SHLOYME-MIKHL NEKHES (SHLOMO MICHAL NECHAS, SOLOMON MICHAEL NECHES) (October 10, 1891-February 11, 1954)
He was born in Jerusalem, into a rabbinical family, a descendant of the Vilna Gaon. He attended Jerusalem yeshivas and received ordination into the rabbinate. In 1910 he moved to the United States. He served as a rabbi and preacher in New York, Pittsburgh, Columbus (Ohio), and elsewhere. From 1924 he was living in Los Angeles. He studied law and received his doctoral degree from the University of California. He was a member of the main leadership of the Association of Rabbis in America and dean of the Western division of the “Jewish Institute.” He authored religious texts and secular books. In Hebrew: Shemen turak (Ointment poured forth) (St. Petersburg, 1916), 87 pp.; Shemen rosh (Choice oil) (Los Angeles, 1947), 206 pp.; Torato shel shem (God’s law) (Jerusalem, 1930), 212 pp.; Vayered miyaakov (And out of Jacob) (Los Angeles, 1948/1949), 166 pp.; and Moshe vehaavot (Moses and the forefathers) (Los Angeles, 1951), 61 pp.; among other others. In English: “As ‘Twas Told to Me”: A Hundred Little Stories of the Old Rabbis (Los Angeles, 1926), 100 pp. In Yiddish: A mayse noyre fun an agune, velkhe der barimter goen harov meyer abulafye z”l hot mater geven (An extraordinary event from a deserted wife, which the famed sage, Rabbi Meir Abulafia, may his memory be for a blessing, authorized) (Los Angeles, 1944/1945), 12 pp. He contributed to: Otsar yisrael-entsiklopediya (Treasury of Israel encyclopedia) and Yidish-englisher entsiklopedye (Yiddish-English encyclopedia), among other such works. He published articles on education and the settlement in the land of Israel in: Yidishes tageblat (Jewish daily newspaper) and Morgn-zhurnal (Morning journal) in New York; Kalifornyer yidishe shtime (Jewish voice of California) in Los Angeles; and elsewhere. He died in Los Angeles.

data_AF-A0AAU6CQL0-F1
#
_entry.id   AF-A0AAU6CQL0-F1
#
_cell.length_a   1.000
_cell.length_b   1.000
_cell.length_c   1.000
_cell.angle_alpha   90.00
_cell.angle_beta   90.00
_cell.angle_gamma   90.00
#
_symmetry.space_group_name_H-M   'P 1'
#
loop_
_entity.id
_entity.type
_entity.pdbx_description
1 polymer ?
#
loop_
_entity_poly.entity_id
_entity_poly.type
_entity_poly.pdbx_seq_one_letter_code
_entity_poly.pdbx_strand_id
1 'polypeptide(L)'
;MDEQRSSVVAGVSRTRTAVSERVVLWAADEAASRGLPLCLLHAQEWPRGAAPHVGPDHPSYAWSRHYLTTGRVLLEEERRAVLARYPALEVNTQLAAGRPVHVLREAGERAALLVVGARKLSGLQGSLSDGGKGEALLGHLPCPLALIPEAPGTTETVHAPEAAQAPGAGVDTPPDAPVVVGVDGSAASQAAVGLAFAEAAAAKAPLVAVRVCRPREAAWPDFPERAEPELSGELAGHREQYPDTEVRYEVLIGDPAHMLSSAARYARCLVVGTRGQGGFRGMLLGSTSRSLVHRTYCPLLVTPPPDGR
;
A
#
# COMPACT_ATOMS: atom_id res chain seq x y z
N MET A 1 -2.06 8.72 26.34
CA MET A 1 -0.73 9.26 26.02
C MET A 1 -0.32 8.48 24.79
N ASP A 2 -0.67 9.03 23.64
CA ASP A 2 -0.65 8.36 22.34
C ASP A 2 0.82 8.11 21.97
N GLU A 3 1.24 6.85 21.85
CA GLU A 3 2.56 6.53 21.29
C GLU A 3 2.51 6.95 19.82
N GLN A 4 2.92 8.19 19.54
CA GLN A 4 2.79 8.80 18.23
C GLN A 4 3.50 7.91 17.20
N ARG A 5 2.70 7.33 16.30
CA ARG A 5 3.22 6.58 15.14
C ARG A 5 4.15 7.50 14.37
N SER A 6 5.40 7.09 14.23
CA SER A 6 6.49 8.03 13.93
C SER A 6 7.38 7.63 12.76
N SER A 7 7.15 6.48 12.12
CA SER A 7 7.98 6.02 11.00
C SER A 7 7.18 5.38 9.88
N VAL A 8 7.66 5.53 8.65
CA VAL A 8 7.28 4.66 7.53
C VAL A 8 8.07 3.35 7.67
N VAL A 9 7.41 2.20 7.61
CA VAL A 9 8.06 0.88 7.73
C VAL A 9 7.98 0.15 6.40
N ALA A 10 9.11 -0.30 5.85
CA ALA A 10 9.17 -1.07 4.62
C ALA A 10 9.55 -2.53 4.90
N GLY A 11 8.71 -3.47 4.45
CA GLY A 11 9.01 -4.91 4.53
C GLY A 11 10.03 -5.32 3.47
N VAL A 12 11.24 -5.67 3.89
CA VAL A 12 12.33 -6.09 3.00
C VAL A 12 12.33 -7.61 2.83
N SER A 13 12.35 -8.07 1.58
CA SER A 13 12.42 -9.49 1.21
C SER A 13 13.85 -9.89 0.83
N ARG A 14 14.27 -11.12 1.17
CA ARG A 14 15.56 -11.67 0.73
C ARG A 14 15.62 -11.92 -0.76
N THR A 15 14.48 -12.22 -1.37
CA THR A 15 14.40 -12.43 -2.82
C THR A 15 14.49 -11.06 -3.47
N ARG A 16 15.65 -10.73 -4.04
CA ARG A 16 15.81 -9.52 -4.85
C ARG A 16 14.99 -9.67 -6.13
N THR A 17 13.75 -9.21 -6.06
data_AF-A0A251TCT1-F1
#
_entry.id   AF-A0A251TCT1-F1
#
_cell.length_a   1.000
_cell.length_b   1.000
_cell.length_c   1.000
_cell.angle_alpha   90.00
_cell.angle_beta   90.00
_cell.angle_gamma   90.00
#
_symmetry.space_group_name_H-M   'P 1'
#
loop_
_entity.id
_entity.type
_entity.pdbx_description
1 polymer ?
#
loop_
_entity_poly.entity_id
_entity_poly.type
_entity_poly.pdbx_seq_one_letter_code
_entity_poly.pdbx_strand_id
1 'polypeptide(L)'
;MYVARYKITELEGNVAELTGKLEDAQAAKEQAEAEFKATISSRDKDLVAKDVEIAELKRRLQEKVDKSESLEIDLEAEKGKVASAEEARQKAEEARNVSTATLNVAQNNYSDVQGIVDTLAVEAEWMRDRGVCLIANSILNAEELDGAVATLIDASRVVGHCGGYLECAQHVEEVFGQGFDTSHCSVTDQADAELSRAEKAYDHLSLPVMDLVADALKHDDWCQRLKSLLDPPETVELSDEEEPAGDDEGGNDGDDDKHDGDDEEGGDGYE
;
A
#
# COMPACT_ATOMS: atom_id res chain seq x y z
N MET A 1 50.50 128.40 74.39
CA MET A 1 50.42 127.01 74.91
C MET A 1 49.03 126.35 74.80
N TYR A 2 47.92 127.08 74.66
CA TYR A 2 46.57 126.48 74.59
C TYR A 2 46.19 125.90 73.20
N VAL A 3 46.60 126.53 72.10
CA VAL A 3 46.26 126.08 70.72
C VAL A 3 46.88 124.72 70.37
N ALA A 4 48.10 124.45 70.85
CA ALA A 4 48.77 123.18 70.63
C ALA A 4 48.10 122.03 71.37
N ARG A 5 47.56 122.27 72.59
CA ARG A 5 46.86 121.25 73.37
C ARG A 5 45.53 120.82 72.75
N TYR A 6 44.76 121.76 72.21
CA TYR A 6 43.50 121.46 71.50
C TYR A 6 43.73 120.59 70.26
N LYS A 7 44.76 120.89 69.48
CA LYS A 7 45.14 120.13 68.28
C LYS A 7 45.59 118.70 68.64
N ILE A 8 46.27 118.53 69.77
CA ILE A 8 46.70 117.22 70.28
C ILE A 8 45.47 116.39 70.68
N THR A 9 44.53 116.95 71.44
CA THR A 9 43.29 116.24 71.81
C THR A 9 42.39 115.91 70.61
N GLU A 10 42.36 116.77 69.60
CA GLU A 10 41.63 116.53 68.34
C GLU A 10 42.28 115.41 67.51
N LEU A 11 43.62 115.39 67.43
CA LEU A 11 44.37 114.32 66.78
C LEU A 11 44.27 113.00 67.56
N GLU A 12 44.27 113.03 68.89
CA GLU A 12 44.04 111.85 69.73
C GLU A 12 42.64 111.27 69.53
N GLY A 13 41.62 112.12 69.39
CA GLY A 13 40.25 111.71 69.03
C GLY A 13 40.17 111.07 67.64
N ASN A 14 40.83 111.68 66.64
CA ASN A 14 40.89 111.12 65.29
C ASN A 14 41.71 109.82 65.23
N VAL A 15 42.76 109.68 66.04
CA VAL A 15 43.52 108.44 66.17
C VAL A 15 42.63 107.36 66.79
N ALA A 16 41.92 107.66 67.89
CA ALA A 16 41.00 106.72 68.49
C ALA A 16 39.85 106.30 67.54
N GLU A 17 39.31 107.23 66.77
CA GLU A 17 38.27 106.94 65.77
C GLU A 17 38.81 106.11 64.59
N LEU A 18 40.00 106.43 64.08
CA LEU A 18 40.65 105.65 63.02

Sources: Ben-Tsien Ayzenshtadt, Dorot haaḥronim (The last generations) (New York, 1913); Otsar yisrael (Treasury of Israel) (New York); Who’s Who in American Jewry (New York, 1928), p. 510.
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